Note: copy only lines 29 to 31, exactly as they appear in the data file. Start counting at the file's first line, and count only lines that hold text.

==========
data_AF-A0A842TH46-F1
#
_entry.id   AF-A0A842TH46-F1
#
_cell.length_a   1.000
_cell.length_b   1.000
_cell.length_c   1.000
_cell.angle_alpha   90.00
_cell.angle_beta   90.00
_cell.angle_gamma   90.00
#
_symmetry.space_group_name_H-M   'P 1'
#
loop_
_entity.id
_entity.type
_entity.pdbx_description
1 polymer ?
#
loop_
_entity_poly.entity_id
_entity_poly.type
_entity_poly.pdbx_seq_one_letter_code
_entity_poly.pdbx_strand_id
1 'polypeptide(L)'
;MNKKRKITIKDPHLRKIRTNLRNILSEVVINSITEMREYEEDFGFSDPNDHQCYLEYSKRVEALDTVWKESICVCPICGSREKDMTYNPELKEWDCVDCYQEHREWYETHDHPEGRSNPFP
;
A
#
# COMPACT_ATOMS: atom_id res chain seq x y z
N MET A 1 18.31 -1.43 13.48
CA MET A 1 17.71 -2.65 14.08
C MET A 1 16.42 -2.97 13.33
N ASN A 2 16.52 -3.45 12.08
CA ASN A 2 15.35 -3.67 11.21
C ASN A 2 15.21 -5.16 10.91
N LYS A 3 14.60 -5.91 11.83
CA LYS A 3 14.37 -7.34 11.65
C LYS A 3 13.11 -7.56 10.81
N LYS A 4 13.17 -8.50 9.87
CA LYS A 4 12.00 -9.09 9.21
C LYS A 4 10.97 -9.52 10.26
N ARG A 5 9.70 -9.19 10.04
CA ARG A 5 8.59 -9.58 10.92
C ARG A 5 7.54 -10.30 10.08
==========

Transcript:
#
# COMPACT_ATOMS: atom_id res chain seq x y z
N MET A 1 18.31 -1.43 13.48